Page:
Shakey Graves wants to soothe you with his folky blues

Photo of singer/songwriter Shakey Graves

“Growing up in a theatre environment means I’ve been involved in a lot of productions,” explains Alejandro Rose-Garcia, aka singer-songwriter Shakey Graves. “It all helped me paint a picture of what I wanted to see from a show, bringing in elements of improvisation rather than just having a collection of songs to play in front of people.”

The son of a theatre owner and playwright, Rose-Garcia is a compelling live entity, decked out in Stetson and suit, hollering rockabilly one moment, offering plaintive folk blues the next, and regaling the audience with stories and biographical asides. The 29-year-old Texan is already a cult figure in his native Austin, so much so that, by mayoral decree, the city now has an annual Shakey Graves Day.

Rose-Garcia forged his reputation as a one-man band in Los Angeles at the turn of the decade, where he’d originally gone to pursue an acting career (he landed bit parts in Spy Kids 3-D and Material Girls, among others). However, he insists his musical persona came about more by necessity than design. “I didn’t play alone because it was my intended goal,” he says. “I would write these songs, then try to figure out how I was going to get them across. The most economical way was to hire my own limbs and assign them appropriately.”

Armed with an acoustic guitar, amp and a double-pedal kick drum built into an old suitcase, his successful gigs encouraged him to go it alone on record too, beginning with 2011’s self-released Roll The Bones.

Rose-Garcia’s latest effort is the more expansive And The War Came, which has just received a UK release, and on which he’s joined by a full band for the first time: “The title comes from the fact that it’s about life catching up to you, whether you like it or not. No life is led alone, even in a musical context. I used to prefer it that way, because it’s easy to think you’ve got everything under control. But as time goes by I want people in my life more – friends, romance, family… Sometimes those things can seem a little too heavy, but you can only push them off for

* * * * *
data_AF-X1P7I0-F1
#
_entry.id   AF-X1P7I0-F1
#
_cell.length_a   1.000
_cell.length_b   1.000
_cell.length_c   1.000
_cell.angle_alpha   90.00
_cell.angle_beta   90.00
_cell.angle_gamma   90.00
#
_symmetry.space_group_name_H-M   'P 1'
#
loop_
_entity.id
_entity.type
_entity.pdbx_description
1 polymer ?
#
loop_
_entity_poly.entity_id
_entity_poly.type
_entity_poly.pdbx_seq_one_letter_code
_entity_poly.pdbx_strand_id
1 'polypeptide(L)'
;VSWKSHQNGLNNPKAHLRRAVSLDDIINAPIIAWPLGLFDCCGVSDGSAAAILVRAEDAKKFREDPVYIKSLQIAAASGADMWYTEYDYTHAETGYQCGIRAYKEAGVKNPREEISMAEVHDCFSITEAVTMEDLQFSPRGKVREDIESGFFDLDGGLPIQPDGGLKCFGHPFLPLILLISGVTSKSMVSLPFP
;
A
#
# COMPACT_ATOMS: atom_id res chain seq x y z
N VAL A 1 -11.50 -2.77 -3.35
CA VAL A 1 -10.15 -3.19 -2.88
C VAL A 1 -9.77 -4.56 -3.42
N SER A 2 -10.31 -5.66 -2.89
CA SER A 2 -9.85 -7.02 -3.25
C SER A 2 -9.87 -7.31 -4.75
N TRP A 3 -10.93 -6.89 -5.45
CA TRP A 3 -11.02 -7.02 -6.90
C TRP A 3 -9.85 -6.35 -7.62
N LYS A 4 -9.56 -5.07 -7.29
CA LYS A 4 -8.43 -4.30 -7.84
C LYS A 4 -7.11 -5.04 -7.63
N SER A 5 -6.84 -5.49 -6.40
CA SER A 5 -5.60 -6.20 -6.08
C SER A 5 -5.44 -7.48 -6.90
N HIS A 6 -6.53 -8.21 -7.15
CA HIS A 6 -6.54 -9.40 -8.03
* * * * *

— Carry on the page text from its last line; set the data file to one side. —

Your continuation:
so long before they come back. It’s human nature.”

And The War Came is a beguiling journey into witchy Americana, Rose-Garcia taking folk, blues and wired stomp rock through unexpected shifts and turns. His voice runs the range from ethereal hush to declarative howl. Back in the US, the album has already earned him TV spots on Letterman, Conan and Austin City Limits, capped by a Best Emerging Artist gong at last year’s prestigious Americana Music Awards.

Currently on tour, Rose-Garcia is itching to get back into the studio. “I adore recording,” he says. “It’s like an archaeological dig into your own life, processing it out and distilling it into single frames. It’s a very therapeutic and exciting experience.”

FOR FANS OF: Elliott Smith

“I started listening to Elliott Smith when I was still in high school,” says Rose-Garcia. “Despite being an acoustic singer-songwriter, this album [1995’s Elliott Smith] is quite aggressive. It has implied drums, then your brain creates
the rest of it. It’s a very interesting style of playing. I love Needle In The Hay, especially.”

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Rob Hughes

Freelance writer for Classic Rock since 2008, and sister title Prog since its inception in 2009. Regular contributor to Uncut magazine for over 20 years. Other clients include Word magazine, Record Collector, The Guardian, Sunday Times, The Telegraph and When Saturday Comes. Alongside Marc Riley, co-presenter of long-running A-Z Of David Bowie podcast. Also appears twice a week on Riley’s BBC6 radio show, rifling through old copies of the NME and Melody Maker in the Parallel Universe slot. Designed Aston Villa’s kit during a previous life as a sportswear designer. Geezer Butler told him he loved the all-black away strip.